BALTIMORE (WJZ) — Maryland has reported its first heat-related death of 2020, the state’s health department said Monday.

Officials said the victim was a man in his 30s. He died in Baltimore.

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While the health department did not say when the man died, its latest report showed no heat-related deaths through July 20.

More heat is in the forecast, leading doctors to remind people to protect themselves. Baltimore City Health Commissioner Dr. Letita Dzirasa issued a code red extreme heat alert for the city for Monday and Tuesday, opening cooling centers for those who need them.

READ: Code Red Extreme Heat Alert In Baltimore Issued For Monday, Tuesday; List Of Open Cooling Centers

Emergency room doctor Geoffrey Froelich at MedStar Union Memorial Hospital in Baltimore said the two things people can do to keep themselves safe are getting out of the heat when possible and staying hydrated.

Everyone is at risk when temperatures climb, he said, though the heat is particularly dangerous for some groups.

“The reality is that the complications that come along with the heat don’t only affect the elderly, the infirm, or people with preexisting conditions,” he said.

Initial warning signs of heat-related illness include muscle cramps, swelling, fatigue and dizziness. A more extreme symptom would be a change to a person’s mental status.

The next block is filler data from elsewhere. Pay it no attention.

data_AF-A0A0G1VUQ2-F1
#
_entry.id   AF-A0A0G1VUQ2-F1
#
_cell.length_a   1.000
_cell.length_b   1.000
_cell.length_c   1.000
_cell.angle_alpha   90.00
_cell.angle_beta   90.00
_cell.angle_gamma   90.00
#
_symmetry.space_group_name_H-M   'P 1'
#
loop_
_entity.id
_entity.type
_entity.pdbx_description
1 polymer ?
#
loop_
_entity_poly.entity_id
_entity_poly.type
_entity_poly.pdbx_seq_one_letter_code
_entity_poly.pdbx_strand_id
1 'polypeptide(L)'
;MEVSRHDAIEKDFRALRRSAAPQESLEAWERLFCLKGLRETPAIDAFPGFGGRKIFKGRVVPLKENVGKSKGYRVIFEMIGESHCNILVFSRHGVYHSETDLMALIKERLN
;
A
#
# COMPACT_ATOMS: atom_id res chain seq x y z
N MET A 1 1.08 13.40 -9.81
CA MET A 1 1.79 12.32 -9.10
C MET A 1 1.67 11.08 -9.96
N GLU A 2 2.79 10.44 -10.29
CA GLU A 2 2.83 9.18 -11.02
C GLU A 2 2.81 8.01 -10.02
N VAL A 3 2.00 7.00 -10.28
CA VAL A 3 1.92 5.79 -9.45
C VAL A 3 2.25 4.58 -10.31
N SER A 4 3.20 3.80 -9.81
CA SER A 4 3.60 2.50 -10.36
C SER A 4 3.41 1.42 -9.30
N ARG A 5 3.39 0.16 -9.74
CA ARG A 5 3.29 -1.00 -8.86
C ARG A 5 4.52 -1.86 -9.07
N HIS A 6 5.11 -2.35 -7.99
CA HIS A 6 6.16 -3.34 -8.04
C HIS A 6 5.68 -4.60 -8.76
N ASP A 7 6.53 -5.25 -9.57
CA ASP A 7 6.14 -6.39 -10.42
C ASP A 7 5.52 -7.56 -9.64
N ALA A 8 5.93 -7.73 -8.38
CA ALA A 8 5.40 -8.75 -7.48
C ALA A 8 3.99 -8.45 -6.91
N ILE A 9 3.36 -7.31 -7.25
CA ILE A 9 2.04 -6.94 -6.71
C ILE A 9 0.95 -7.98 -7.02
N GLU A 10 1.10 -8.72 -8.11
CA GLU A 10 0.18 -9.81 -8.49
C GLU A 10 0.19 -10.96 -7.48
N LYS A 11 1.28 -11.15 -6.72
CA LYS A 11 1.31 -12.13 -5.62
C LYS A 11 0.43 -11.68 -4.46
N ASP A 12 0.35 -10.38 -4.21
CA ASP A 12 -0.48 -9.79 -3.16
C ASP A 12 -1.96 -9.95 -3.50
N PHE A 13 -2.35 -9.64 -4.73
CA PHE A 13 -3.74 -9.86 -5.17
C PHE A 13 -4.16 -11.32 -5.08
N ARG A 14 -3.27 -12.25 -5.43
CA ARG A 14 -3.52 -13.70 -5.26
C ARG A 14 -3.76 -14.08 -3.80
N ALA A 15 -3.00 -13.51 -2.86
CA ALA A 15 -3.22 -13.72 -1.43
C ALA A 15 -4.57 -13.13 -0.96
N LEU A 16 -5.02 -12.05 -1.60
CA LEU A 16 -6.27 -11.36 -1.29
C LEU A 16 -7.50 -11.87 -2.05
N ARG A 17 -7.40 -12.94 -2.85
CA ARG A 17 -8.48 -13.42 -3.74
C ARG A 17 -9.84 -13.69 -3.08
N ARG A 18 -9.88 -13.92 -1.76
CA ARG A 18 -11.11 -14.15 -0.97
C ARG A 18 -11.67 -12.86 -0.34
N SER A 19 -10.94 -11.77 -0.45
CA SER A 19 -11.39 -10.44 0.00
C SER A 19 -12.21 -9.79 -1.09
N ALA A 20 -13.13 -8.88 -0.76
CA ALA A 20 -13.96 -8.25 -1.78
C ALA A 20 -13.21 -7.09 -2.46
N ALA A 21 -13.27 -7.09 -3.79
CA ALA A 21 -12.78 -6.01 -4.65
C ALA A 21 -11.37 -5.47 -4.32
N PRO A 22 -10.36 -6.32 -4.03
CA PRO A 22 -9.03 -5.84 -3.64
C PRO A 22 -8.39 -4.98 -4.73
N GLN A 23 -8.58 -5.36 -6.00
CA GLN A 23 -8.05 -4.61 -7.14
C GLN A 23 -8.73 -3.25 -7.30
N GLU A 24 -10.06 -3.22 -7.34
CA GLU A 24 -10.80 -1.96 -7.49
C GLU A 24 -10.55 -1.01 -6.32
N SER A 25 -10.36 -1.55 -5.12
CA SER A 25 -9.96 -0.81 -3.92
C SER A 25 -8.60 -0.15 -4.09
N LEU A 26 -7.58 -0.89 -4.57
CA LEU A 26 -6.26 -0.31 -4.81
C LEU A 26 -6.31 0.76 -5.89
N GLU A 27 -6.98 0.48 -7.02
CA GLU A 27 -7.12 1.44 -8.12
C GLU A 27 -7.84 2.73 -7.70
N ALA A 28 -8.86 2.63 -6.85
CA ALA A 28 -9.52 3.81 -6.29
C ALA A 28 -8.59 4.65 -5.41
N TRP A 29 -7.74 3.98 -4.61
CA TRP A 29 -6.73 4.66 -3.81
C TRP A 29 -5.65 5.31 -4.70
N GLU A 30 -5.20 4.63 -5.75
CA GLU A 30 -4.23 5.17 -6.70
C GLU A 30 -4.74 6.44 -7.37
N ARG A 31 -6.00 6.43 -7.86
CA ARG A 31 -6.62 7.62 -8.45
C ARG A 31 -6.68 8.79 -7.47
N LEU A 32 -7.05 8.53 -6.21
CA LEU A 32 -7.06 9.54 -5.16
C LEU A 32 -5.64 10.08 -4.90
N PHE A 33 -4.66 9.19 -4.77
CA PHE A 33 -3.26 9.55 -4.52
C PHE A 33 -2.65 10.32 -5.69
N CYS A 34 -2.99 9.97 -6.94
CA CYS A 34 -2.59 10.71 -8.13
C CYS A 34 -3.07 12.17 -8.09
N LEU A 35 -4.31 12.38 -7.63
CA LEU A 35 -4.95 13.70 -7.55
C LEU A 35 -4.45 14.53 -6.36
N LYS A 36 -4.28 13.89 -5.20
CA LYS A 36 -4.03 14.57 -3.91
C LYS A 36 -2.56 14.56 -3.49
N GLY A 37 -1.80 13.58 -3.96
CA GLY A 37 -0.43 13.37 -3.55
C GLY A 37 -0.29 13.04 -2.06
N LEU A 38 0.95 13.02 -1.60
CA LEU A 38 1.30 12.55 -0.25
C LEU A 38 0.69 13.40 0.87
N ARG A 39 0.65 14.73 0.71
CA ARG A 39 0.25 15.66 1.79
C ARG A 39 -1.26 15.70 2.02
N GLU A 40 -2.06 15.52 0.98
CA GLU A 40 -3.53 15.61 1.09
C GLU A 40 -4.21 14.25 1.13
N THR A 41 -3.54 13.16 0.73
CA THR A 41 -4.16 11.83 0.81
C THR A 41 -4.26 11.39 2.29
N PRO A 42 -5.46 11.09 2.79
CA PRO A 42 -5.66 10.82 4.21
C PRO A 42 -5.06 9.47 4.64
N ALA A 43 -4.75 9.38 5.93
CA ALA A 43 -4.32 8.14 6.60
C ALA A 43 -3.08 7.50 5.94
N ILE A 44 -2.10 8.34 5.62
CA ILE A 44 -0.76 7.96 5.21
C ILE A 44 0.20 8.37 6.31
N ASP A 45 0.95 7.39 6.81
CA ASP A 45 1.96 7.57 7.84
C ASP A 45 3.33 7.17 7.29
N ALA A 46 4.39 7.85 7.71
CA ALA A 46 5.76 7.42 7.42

More severe cases arise when the body loses the ability to regulate its internal temperature. Heat strokes are also possible.

Despite the heat, some Baltimore residents like landscaper Joshua Mcnair need to brave the elements to get their work done.

The coronavirus pandemic adds an extra layer of concern, he said.

“Not only do we have to worry about the pandemic but we now have to worry about this massive heatwave, as well, so it’s like a doubt threat right there,” he said.

While Mcnair spends five hours outside at a time, he said he makes sure to take breaks every so often to make sure he doesn’t overheat.

Baltimore resident Tom Crusse said the heat caused him to move his Monday walk to the morning to avoid the hottest part of the day.

“I think that everybody just needs to know their body and listen to it when it says I’m too hot, I’m dizzy, I’m sweating too much,” he said.

Pieter Hidayat said he plans to stay home when the heat becomes too much.

Even though people are still urged to practice social distancing, Froelich said people should check on anyone who may be at risk, especially those who could lose air conditioning in their homes and those who don’t interact with people regularly.

Last year, 20 Marylanders died due to the heat, the health department reports.

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Rachel Menitoff